Flickerstick's Career On Fire After 'Bands On The Run'

Dallas rock group playing sold-out shows, selling hundreds of CDs a week.

Sold-out gigs, screaming autograph seekers, groupies — it comes with the territory of being a rock star. Although such amenities are usually reserved for bands who reach stardom on the heels of a platinum album or two, Dallas' Flickerstick are enjoying the perks while still selling the bulk of their CDs from the trunk of a car.

Flickerstick, winners of VH1's reality series "Bands on the Run," became bona fide rock stars without the benefit of a label deal (though an industry bidding war will soon change that situation). For eight weeks, the alt-rock quintet competed against three other unsigned bands by performing in cities across the U.S. and selling merchandise along the way. Merch sales and ticket revenue determined who would be eliminated, and a battle of the bands with a $5,000 purse ultimately decided the outcome.

Though the contest ended with them receiving a grand prize of $50,000 cash, $100,000 worth of equipment from Guitar Center, an A&R showcase and a music video budget, Flickerstick would've felt victorious even without all that.

"We were the winners of the show, regardless of the outcome, about five or six weeks into [VH1's broadcast]," guitarist Corey Kreig explained. "We started touring and saw that people were really loving us, individually, personally and musically as a band. We considered ourselves winners then. If we had been kicked off we still would've felt like we were winners because we walked out of it with a fanbase and with people interested in our music."

Though Flickerstick may forever be known as the band VH1 broke, they don't seem to mind the stigma. Getting their music to the masses is what matters most, they said, and the masses have responded. Sold-out shows have become the norm for the band, and the company manufacturing the group's independently released Welcoming Home the Astronauts is having trouble keeping up with demand.

The band sells 80 to 100 copies at any given show, averaging 500-700 copies a week, their manager said. They've sold more than 10,000 copies so far, though they had barely moved 2,000 before the first episode of "Bands on the Run" aired.

In those days, Flickerstick worked the Dallas/Austin music circuit vigorously, performing locally and touring briefly whenever their day jobs would permit.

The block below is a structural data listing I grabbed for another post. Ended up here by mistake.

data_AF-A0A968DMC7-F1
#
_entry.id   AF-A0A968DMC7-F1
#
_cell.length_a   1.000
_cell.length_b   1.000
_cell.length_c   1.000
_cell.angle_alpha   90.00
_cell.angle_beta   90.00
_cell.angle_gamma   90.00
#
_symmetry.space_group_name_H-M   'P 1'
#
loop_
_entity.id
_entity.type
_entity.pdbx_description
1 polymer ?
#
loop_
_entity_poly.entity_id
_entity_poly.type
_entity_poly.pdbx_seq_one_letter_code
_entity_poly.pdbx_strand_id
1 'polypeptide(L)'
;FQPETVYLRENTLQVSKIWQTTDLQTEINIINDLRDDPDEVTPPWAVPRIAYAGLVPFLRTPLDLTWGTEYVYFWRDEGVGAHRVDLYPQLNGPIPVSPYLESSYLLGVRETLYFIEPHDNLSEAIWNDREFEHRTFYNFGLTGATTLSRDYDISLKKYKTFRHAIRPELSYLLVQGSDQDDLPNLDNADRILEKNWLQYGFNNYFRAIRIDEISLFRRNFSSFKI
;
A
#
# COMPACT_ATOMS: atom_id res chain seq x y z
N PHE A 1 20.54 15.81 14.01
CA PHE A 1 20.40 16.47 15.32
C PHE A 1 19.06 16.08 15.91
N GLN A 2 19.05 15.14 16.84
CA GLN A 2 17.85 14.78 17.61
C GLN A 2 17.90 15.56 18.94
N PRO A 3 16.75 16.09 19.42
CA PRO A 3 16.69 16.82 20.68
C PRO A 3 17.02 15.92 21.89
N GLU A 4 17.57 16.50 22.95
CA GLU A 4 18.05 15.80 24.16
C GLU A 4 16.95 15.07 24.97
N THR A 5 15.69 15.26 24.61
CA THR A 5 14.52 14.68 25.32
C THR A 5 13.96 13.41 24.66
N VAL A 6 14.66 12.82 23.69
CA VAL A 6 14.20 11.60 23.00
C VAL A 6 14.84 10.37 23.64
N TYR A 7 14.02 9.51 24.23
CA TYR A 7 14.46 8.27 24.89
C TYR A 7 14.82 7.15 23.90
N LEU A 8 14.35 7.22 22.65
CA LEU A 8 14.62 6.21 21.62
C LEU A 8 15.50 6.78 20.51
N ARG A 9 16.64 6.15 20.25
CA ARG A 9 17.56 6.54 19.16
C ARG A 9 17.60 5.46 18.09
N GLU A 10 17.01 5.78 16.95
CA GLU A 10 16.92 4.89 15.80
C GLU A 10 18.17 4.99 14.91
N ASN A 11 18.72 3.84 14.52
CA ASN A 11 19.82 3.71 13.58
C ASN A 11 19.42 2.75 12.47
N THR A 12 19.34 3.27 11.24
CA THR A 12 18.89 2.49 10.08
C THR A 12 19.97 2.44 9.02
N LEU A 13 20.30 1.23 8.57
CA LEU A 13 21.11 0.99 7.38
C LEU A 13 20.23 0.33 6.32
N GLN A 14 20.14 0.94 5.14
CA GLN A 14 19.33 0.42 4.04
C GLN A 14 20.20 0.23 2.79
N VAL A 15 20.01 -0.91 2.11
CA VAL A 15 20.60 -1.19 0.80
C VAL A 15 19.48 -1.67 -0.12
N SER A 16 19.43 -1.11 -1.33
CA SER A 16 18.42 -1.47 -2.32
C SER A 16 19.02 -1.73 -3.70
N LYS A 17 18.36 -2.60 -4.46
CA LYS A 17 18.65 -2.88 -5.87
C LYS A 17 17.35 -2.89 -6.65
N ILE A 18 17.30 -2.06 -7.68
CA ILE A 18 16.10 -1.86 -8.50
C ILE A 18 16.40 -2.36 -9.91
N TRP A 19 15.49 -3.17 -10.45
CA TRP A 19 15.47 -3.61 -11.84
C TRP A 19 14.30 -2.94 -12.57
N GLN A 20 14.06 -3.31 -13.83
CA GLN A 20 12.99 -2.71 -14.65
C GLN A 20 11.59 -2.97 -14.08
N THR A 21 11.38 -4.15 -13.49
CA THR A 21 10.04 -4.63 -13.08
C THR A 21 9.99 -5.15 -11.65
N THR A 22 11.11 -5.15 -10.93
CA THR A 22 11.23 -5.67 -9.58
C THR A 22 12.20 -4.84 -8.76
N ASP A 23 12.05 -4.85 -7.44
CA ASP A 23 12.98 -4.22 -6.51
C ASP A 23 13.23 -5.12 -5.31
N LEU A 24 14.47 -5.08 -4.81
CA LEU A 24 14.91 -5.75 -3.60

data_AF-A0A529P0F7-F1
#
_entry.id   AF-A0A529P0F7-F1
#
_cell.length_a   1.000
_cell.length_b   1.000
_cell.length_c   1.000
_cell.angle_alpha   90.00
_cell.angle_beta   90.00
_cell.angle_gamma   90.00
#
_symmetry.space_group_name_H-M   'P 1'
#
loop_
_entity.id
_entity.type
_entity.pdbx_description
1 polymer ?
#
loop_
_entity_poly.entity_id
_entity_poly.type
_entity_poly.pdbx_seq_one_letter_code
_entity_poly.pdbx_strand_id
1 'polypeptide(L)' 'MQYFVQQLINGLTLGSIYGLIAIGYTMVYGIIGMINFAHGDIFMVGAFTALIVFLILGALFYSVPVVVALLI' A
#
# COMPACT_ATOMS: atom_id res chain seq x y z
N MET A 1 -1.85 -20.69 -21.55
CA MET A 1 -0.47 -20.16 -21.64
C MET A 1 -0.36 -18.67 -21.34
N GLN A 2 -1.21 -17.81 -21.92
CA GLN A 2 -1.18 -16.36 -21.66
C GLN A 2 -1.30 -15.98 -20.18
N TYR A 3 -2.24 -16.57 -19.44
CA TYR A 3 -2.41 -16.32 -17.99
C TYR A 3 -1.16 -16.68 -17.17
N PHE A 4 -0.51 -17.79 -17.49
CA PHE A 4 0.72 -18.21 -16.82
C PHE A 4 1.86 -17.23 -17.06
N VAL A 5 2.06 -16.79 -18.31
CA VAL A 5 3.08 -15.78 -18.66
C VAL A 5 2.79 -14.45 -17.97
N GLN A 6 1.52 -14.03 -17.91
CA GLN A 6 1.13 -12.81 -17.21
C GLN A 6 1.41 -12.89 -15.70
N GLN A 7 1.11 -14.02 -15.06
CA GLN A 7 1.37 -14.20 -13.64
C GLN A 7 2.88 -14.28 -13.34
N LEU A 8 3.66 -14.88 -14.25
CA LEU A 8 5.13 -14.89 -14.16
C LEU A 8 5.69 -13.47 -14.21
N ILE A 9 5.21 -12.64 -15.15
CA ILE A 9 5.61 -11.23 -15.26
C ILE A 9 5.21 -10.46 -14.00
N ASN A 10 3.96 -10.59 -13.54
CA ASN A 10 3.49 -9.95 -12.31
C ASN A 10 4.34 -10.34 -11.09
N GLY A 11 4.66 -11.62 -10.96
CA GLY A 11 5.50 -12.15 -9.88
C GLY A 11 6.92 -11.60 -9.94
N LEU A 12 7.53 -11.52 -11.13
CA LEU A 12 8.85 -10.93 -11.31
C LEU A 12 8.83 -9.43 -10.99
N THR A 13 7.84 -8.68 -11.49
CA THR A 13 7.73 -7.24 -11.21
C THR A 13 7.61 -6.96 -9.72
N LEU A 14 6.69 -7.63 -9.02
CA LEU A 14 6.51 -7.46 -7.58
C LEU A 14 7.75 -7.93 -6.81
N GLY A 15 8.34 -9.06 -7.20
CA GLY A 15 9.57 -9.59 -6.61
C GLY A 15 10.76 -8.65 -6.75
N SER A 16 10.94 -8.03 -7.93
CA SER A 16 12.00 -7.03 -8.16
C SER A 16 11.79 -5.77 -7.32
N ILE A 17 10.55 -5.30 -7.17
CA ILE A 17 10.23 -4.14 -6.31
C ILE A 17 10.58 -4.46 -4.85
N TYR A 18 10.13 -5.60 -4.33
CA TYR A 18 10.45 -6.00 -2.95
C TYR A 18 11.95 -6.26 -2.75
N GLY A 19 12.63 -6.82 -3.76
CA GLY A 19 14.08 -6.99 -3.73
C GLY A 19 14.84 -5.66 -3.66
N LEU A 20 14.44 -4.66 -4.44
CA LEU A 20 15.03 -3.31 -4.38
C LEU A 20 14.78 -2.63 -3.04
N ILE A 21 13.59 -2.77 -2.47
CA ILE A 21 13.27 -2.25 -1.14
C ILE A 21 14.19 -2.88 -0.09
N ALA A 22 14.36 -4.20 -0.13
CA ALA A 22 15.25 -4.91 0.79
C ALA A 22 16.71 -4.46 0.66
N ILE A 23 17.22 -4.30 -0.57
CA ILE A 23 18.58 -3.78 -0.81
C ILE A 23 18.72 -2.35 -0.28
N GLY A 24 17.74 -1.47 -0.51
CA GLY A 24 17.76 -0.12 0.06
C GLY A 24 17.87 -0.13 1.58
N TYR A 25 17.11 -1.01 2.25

"We were just playing regionally in Texas," singer Brandin Lea said. "We were a hardworking band doing it independently and trying to make something happen. And then this came along and changed everything."

After hearing a demo of "Talk Show Host" on a Billboard-produced unsigned band compilation, VH1 producers approached Brandin and his brother, bassist Fletcher Lea, for a program about fraternal bandmembers. Although that show never got off the ground, the group was offered an audition for "Bands on the Run," and six levels of tryouts later they landed a slot on the series.

Ever since they were revealed as the winners on July 8, the music industry has been abuzz about Flickerstick.

While in New York last week for three area shows, the group met with several major labels, and a contract is expected to be announced shortly. Whichever label they sign with, Flickerstick plan to revamp a few tracks on Welcoming Home the Astronauts and give it the proper nationwide release they feel it deserves.

Unlike most bands negotiating their first label deal, the ball was definitely in Flickerstick's court. What other unsigned artist brings to the table thousands of fans already familiar with the bandmembers and their music, some even knowing by heart all the words to the hooky "Beautiful," the moody psychedelic epic "Direct Line to the Telepathic" and other songs depicted in the series?

Although having every aspect of their lives documented by a camera crew 24 hours a day did wonders for Flickerstick's visibility, the warts-and-all approach took its toll on the members' personal lives.

Going into the series, before their drunken frolicking with female fans became public information, Fletcher and guitarist Rex "El Dangeroso" Ewing were married and Kreig had a steady girlfriend. Now Ewing and Kreig are no longer with their significant others and Fletcher is in the process of repairing his fractured relationship. On top of that, drummer Dominic Weir, the band's resident playboy, has seen his seemingly hypnotic power over the opposite sex dwindle since the show began airing.

"I'm a whore," the drummer said, quoting the usual reaction he now receives from ladies. "I heard that about 25 times in a 30 minute period in Alabama. 'Hey, you're the whore!' "

"Yeah, Dominic has gotten a little flack," Brandin said. "But we're really surprised that we don't get a lot more. We really expected there to be some people who are really down on our behavior, and there really hasn't been much of that. I know with Beastie (co-frontman of competing band Soulcracker), the guy is getting death threats and people try to kick his ass everywhere he goes."

Once their current tour, their longest ever, winds down, Flickerstick will finally be able to play with their new toys from Guitar Center, which are waiting for them at home. The video for "Smile" premiered on Sunday's final episode of "Bands on the Run," and their songs are already receiving airplay nationwide.

"Although the show has ended, we're just starting," Brandin said. "You know us, you know our names — now we're going to play the real game."

MTVi's parent company, Viacom, also owns VH1.